Results

  1. Top of page
  2. Abstract
  3. What this paper adds
  4. Method
  5. Results
  6. Discussion
  7. Conclusions
  8. Acknowledgements
  9. References
  10. Supporting Information

Sample

Table I shows the characteristics of the eligible infants (n=13 843). Seven hundred and forty-one (5.4%) infants were classified as late or moderately preterm (422 males, 319 females; mean [SD] birthweight 2495g [489]). The mean gestation (SD) in the preterm infants was 35.0 completed weeks (1.2) whereas in the reference group (51.4% males; mean [SD] birthweight 3456g [485]) was 39.7 (1.3). A breakdown of the gestational groups is shown in Appendix SI (supplementary material published online only). Data were complete only for some covariates, and consequently the denominator for different measures varies.

Table I.   Characteristics of study population, n (%)
MeasureNumber with dataTerm infants (n=13 102)Moderate/late preterm infants, (n=741)p
  1. SDs are given for means of normally distributed continuous variables, and percentages for proportions. aCSE, Certificate in Secondary Education (commonly taken at 16y of age); vocational, City & Guilds (intermediate level), technical, shorthand or typing, or other qualification; O level, Ordinary level (commonly taken at 16y of age); A level, Advanced level (commonly taken at 18y of age), state enrolled nurse, state registered nurse, City & Guilds (final or full level), or teaching qualification; degree, university degree.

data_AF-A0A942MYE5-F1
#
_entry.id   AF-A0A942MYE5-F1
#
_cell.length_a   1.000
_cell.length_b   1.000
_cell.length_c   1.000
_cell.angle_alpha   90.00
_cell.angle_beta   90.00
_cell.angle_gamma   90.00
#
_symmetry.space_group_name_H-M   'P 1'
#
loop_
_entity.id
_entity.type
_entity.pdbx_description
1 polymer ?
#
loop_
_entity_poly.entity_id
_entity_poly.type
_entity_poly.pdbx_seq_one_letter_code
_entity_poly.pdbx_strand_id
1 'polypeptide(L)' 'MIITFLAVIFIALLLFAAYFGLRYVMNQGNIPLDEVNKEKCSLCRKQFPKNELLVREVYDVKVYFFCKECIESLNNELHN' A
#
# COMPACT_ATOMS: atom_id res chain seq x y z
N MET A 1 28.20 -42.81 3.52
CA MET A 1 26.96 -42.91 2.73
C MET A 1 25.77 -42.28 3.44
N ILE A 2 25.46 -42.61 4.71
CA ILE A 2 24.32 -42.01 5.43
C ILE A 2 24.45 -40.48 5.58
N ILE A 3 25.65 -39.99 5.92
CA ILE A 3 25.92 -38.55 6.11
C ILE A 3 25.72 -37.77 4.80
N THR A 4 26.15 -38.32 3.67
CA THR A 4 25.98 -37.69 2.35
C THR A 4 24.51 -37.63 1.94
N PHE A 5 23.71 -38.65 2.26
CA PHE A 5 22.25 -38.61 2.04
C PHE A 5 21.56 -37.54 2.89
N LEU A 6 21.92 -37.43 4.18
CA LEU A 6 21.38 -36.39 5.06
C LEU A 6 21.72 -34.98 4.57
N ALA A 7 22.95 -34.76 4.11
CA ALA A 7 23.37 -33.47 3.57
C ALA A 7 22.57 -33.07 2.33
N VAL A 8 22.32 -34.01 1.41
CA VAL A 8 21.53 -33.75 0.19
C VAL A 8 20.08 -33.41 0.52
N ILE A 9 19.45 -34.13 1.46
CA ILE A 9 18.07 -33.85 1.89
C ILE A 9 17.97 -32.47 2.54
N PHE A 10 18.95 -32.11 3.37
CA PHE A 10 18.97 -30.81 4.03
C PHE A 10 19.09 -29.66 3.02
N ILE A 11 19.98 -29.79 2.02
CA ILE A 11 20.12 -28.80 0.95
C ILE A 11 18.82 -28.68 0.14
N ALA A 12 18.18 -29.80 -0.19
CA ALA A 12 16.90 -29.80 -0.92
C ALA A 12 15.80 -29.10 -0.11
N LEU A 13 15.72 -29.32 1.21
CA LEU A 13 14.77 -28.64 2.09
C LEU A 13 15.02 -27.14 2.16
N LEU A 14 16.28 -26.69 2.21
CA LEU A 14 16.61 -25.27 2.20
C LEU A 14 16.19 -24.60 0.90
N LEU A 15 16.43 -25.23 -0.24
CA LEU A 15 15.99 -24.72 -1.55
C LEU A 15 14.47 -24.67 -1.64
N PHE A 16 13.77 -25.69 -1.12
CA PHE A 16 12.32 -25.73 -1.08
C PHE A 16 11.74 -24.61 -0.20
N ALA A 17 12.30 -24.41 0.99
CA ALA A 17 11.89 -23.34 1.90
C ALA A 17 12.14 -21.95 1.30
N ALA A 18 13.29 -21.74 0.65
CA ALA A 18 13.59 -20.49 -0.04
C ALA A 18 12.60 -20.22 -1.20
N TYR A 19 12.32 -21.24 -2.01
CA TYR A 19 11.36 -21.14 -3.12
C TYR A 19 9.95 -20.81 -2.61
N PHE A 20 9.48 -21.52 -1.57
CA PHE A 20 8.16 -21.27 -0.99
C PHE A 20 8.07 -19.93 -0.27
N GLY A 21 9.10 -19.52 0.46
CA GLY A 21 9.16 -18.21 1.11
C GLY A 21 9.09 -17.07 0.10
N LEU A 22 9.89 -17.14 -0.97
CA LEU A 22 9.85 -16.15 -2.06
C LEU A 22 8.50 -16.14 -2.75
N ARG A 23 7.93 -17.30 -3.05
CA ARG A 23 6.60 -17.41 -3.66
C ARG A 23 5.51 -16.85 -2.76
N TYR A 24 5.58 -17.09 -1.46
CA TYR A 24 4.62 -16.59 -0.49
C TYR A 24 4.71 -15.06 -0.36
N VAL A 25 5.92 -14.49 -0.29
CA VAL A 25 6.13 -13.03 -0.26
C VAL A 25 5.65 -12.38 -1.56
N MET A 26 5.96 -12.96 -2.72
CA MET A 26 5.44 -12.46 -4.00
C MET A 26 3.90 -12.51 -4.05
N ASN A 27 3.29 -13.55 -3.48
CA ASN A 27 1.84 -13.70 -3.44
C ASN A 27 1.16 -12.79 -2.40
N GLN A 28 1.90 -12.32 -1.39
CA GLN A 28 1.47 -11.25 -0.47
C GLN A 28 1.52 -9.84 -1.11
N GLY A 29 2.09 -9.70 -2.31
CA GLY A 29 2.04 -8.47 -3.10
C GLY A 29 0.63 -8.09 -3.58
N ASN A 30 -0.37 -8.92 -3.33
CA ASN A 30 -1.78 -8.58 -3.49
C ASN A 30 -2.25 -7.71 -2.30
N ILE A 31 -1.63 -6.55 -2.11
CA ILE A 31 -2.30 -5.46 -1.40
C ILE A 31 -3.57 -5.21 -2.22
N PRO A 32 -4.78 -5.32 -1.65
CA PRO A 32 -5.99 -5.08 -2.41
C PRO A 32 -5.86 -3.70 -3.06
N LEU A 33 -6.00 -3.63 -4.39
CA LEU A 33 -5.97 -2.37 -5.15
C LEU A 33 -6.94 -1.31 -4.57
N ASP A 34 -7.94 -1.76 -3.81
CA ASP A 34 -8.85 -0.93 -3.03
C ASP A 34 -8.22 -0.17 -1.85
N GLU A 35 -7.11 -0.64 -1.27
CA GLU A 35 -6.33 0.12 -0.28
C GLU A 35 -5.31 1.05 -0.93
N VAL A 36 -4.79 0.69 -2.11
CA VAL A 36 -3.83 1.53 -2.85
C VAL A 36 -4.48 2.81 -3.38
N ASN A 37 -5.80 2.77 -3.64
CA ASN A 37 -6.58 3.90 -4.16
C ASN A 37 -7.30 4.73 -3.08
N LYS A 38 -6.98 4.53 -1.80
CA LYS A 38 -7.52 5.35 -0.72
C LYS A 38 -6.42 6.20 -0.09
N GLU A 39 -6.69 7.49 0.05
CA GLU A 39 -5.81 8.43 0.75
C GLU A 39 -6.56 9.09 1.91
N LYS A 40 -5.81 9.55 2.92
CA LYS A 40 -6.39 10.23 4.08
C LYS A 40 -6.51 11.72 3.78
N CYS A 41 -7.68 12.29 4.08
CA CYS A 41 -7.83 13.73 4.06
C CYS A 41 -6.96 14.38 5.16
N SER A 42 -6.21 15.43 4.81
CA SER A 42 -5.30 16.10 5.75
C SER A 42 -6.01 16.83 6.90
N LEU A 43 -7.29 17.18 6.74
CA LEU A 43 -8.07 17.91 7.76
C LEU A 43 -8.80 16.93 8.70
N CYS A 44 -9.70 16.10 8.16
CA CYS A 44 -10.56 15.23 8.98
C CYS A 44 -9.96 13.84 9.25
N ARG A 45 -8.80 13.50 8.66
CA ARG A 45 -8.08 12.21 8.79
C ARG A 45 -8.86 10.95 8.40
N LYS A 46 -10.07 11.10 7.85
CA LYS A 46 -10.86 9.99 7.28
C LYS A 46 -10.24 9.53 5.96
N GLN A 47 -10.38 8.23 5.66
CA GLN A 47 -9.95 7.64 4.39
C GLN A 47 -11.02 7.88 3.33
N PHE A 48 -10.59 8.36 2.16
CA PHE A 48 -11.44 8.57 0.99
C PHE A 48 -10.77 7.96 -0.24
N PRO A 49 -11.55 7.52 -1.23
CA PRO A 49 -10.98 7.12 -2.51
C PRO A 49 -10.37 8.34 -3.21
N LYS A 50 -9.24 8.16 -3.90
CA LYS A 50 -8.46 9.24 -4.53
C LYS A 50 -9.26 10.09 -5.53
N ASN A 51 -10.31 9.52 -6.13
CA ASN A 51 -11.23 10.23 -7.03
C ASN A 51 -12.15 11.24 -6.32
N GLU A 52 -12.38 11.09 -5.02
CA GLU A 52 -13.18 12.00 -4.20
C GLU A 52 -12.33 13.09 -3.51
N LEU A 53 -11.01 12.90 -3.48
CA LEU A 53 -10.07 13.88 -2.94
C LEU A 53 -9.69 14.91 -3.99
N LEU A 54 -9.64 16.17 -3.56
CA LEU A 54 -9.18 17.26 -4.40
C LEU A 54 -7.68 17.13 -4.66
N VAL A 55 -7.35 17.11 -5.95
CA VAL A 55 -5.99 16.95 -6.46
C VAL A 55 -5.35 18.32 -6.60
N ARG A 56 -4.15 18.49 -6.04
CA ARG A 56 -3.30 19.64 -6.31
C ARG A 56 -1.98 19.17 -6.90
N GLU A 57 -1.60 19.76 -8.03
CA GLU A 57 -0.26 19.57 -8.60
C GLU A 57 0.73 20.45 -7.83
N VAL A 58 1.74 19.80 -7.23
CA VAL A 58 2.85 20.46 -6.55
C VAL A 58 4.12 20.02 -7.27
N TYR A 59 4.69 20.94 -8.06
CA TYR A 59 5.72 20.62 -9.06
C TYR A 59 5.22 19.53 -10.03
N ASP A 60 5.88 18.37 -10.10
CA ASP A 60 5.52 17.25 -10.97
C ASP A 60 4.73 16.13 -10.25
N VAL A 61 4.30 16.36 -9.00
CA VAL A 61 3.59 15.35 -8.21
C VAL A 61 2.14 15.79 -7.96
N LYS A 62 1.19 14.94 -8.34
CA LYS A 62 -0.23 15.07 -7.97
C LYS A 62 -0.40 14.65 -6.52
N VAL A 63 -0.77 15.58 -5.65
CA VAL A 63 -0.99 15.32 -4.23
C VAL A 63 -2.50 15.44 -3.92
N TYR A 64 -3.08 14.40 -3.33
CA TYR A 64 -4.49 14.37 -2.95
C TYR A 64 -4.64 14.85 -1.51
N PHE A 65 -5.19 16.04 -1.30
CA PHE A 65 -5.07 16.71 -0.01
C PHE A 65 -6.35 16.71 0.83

Pre-pregnancy factors
 Maternal age13 84328y 0mo27y 8mo0.088
 Maternal socio-economic group11 435   
  Professional 659 (6.1)27 (4.6) 
  Managerial 3362 (31.0)177 (30.2) 
  Skilled non-manual 4152 (38.3)236 (40.3) 
  Skilled manual 1267 (11.7)79 (13.5) 
  Semi-skilled 1145 (10.6)53 (9.0) 
  Unskilled 264 (2.4)14 (2.4)0.365
 Mother’s highest educational qualificationa12 321   
  CSE 2316 (19.8)163 (26.0) 
  Vocational 1148 (9.8)62 (9.9) 
  O level 4071 (34.8)206 (32.9) 
  A level 2635 (22.5)133 (21.2) 
  Degree 1524 (13.0)63 (10.1)0.002
 Housing12 903   
  Mortgaged or owned 8988 (73.6)488 (70.7) 
  Rented from municipality 1721 (14.1)119 (17.3) 
  Private rented 1504 (12.3)83 (12.0)0.069
 Car ownership12 91110929 (89.4)596 (86.8)0.029
 Crowding index (people per room)12 708   
  <0.5 4998 (41.5)288 (43.1) 
  0.5–0.75 6223 (51.7)332 (49.7) 
  0.75–1 576 (4.8)33 (4.9) 
  1+ 243 (2.0)15 (2.3)0.785
 Non-white ethnicity13 538692 (5.4)64 (8.9)<0.001
Antenatal and intrapartum factors
 Primiparous12 8175342 (44.0)323 (47.0)0.102
 Maternal hypertension12 577350 (3.0)31 (4.4)0.026
 Maternal pyrexia12 57765 (0.6)5 (0.7)0.562
 Multiple birth13 843202 (1.5)137 (18.5)<0.001
 Delivery12 575   
  Spontaneous cephalic 9033 (76.1)421 (60.2) 
  Emergency Caesarean section 700 (5.9)144 (20.6) 
  Elective Caesarean section 495 (4.2)36 (5.2) 
  Instrumental 1485 (12.5)67 (9.6) 
  Breech 163 (1.4)31 (4.4%)<0.001
Infants and postpartum factors
 Male13 8416736 (51.4)422 (57.0%)0.003
 Birthweight (g), mean (SD)13 7933456 (485)2495 (489)<0.001
 Birth length (cm), mean (SD)11 29250.9 (2.4)47.2 (2.5)<0.001